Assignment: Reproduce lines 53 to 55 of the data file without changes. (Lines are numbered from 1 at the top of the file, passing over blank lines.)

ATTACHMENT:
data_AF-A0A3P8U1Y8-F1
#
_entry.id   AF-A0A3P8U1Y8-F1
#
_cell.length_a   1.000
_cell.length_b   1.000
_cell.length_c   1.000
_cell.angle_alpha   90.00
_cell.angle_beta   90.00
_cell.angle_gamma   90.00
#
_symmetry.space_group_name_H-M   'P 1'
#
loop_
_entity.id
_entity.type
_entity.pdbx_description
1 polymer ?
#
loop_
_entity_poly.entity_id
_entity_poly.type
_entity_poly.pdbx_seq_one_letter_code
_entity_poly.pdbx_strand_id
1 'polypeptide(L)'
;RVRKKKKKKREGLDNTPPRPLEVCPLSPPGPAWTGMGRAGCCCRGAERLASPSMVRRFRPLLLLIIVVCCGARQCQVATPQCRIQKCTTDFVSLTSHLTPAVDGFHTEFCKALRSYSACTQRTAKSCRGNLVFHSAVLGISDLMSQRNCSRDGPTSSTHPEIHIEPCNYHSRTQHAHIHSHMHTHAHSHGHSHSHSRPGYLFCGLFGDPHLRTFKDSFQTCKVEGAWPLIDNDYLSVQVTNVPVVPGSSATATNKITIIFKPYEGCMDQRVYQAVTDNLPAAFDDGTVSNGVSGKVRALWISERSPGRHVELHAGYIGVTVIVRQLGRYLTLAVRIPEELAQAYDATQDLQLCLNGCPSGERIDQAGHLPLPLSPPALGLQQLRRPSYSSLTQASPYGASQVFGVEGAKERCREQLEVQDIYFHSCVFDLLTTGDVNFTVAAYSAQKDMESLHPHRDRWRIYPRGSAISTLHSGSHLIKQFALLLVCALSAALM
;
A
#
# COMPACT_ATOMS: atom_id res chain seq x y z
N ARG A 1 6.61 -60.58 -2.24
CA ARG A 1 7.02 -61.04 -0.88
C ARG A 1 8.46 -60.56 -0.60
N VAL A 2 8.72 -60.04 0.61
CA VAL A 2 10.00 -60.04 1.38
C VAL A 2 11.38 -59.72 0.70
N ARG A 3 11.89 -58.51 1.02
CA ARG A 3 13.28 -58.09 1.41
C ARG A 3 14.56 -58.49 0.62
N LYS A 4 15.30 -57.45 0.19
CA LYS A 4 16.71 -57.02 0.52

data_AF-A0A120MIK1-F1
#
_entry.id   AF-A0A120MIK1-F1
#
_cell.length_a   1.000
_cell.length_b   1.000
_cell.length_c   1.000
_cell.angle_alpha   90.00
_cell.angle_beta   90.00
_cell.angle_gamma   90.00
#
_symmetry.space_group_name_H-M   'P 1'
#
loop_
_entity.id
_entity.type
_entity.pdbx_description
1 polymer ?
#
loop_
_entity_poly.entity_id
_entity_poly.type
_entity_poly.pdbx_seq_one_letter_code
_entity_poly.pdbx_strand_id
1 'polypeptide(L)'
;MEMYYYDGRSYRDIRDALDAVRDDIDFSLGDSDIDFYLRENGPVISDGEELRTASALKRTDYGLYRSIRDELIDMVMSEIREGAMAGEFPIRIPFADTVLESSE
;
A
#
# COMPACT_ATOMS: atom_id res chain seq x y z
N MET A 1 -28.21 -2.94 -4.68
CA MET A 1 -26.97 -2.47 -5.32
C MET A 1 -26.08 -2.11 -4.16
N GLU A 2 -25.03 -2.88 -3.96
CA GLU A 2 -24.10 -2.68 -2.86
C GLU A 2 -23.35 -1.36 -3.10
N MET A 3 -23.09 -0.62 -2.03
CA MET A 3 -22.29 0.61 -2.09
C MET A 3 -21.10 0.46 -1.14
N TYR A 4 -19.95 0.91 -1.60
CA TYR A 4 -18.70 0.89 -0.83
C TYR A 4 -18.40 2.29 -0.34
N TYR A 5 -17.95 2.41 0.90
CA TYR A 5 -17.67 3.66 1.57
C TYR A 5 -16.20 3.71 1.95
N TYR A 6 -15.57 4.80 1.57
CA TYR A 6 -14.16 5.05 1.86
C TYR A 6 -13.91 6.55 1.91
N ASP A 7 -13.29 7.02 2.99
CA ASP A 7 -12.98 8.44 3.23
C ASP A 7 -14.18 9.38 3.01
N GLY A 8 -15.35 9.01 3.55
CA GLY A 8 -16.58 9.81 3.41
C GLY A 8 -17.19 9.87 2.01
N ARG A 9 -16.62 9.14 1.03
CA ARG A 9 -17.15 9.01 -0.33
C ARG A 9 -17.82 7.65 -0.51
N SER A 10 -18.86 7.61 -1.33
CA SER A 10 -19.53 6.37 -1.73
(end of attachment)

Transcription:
_symmetry.space_group_name_H-M   'P 1'
#
loop_